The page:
When Ashley Watson and Sharesse Jackson launched the National Minority Women Association in Transportation (NMWAIT) in September 2021, they knew they wanted men to be involved.
“We don’t want to leave the men out, just because we got left out,” Sharesse says. “That’s why we wanted to start the M2 chapter. We don’t want to leave them out, because we would just continue the cycle of people getting left behind.”
NMWAIT is “a membership-based, minority women-owned advocacy organization whose objective is to increase the visibility, capacity, and profitability of professional minority women and men in the transportation industry.”
The M2 chapter, which launched in February 2022, “was formed to make sure minority men’s voices are heard and valued.” M2 consists of “minority men who understand, value, and are committed to seeing the new generation of men get to the next level.”
Among these men are new M2 board members Damien Blackman and Charles Taylor.
“Our mission is to give a voice to the minority in the industry,” says Damien, who has been a truck driver for 18 years and the owner of Toronto-based Jada Trucking Empire for five years. “We want to make sure our voices are heard and valued. Many people [in trucking] are coming from low-income neighborhoods. We just want to make sure we have a voice, we want to make sure we are included, we want to make sure we make some money, and we want to make sure we get seats at the table, so no one gets left behind.”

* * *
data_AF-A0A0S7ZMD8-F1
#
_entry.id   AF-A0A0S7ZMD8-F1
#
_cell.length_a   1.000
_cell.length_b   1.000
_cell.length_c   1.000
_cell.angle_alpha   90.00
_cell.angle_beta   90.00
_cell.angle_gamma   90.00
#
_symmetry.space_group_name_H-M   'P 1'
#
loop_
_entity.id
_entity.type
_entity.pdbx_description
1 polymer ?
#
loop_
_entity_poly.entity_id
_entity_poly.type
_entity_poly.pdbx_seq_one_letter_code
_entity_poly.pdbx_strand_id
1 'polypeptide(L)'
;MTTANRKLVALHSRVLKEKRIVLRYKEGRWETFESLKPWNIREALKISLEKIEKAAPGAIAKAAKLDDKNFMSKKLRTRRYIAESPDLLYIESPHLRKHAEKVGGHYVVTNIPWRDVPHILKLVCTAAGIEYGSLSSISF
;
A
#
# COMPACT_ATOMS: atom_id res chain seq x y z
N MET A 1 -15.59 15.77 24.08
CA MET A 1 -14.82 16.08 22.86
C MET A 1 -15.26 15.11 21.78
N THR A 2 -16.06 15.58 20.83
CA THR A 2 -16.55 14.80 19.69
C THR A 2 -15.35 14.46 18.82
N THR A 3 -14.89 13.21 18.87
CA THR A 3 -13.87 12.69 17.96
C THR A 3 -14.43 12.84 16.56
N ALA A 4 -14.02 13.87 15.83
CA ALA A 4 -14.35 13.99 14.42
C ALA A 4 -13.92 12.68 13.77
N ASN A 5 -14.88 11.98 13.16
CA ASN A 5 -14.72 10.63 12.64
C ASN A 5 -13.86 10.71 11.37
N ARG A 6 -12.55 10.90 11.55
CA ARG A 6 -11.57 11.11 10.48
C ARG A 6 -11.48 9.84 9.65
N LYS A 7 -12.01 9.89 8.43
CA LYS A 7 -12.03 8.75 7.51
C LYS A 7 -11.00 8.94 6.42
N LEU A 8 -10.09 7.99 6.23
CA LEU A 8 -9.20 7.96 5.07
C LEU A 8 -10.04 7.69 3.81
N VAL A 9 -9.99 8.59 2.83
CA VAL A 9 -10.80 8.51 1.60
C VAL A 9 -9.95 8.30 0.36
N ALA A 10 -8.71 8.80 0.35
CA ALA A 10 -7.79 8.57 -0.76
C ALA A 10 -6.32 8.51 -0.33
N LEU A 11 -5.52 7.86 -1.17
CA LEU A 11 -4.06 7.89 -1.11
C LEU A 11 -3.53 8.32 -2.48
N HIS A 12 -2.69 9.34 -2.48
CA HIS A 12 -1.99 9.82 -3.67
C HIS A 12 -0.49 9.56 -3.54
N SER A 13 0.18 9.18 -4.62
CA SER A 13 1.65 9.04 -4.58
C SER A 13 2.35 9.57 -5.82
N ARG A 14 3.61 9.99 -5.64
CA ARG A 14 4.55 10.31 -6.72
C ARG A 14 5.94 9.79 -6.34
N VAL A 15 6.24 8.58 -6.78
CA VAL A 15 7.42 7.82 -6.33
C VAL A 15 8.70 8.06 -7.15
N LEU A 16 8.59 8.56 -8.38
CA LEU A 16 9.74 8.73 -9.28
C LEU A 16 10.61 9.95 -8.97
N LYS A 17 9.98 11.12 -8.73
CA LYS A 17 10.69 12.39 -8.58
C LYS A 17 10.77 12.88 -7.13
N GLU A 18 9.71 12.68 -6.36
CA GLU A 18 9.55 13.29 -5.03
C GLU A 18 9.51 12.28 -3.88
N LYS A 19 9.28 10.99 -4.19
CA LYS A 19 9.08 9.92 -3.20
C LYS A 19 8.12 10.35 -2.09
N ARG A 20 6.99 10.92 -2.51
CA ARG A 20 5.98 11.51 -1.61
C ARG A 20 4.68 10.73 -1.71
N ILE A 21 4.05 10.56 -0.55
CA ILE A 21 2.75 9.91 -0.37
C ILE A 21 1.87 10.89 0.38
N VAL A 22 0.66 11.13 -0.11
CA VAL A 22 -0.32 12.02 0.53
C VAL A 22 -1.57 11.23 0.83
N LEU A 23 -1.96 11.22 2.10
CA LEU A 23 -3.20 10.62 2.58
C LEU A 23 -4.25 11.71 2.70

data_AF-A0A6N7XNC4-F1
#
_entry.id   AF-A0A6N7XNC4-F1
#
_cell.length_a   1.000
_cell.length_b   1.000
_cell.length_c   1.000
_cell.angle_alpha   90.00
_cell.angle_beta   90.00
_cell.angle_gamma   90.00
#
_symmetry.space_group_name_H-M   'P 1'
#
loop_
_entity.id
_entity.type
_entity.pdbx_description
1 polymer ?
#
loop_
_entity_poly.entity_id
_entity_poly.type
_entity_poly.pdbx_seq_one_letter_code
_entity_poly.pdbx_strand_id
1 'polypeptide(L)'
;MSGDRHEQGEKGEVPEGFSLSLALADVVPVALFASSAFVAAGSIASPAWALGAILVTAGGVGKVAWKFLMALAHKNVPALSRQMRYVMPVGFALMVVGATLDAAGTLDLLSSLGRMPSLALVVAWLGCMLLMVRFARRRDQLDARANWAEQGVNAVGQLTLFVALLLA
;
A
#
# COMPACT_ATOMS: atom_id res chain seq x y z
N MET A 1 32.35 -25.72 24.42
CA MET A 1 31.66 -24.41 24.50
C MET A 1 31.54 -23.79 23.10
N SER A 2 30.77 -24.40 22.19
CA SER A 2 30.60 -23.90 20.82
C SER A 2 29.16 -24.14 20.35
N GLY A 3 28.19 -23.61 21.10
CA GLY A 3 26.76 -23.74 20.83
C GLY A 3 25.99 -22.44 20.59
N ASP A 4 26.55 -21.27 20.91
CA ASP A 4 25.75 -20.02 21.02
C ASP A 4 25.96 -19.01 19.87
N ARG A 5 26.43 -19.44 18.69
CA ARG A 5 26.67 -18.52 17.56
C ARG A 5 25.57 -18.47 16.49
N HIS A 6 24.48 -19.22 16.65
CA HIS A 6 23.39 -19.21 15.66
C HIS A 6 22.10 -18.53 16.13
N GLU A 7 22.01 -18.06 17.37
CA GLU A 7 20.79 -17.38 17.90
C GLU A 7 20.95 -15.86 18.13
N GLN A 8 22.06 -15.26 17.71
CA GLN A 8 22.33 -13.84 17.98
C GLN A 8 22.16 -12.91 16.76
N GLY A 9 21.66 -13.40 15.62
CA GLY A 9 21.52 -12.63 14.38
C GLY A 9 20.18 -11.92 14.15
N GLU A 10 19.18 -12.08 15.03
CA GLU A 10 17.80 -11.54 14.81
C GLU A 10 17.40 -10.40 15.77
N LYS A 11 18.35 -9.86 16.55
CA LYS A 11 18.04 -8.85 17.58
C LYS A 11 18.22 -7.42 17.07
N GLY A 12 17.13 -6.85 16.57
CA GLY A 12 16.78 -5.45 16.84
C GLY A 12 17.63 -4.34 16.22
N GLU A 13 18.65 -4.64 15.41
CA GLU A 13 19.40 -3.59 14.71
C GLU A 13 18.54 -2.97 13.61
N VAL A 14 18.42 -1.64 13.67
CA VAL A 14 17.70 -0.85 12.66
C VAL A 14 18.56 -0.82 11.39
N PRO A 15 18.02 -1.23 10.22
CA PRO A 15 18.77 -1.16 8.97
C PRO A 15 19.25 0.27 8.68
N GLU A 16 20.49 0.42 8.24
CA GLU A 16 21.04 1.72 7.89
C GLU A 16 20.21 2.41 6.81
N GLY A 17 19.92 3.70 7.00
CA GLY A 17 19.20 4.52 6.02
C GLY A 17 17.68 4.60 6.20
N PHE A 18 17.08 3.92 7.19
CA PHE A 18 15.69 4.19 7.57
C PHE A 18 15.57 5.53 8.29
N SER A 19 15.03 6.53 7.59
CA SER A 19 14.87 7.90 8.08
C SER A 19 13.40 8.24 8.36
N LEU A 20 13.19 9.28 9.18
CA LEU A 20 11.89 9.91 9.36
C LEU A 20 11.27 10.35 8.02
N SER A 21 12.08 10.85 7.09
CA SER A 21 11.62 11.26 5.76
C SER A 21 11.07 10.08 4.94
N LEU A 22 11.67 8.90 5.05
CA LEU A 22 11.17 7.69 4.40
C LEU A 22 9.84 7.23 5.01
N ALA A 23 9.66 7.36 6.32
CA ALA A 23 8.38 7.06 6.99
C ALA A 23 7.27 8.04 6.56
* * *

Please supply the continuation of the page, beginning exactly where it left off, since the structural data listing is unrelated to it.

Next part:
Charles, who owns a small fleet called Street Dreams Trucking, echoes that plan: “The M2 chapter was founded to guarantee minority men’s views are heard and appreciated in the transportation business in order to maintain diversity and inclusion. The ongoing challenges minorities experience are difficult right now. We’re going to be a voice and make a change in the transportation business.” Charles points to a number of issues faced by minority drivers on the road, including being asked unnecessary questions, experiencing increased dwell times, and facing outright harassment that can preclude them from making on-time deliveries.
Damien adds equitable financial issues to the equation: “If we’re speaking about getting direct loads or better paying loads, we are often not at that table, so we can’t get the best paying loads. We’re not direct-to-shipper; we’re not in that conversation. Because of racism and oppression, we are often excluded from even getting to see the direct results. That can hinder a business tremendously, because if I’m not in charge of the rates, I’m just getting what’s left over. Now my trucks may not be operating at full capacity, because I don’t have the tools needed to fully carry out my business. There’s a lot of exclusion.”
M2, on the other hand, is all about inclusion: “I really encourage others to join, or at least come to learn more about it, because M2 is needed in the industry,” Charles says. “People need voices, connections. It’s hard enough to just jump in, but you need that help. You can’t do everything, y’all.”
Disclaimer: All views and opinions expressed herein are those of the speakers and do not necessarily reflect the views or positions of Transfix, Inc. or any parent companies or affiliates or the companies with which the participants are affiliated, and may have been previously disseminated by them. The views and opinions expressed herein are based upon information considered reliable, but neither Transfix, Inc. nor its affiliates, nor the companies with which such participants are affiliated, warrant its completeness or accuracy, and it should not be relied upon as such. All such views and opinions are subject to change.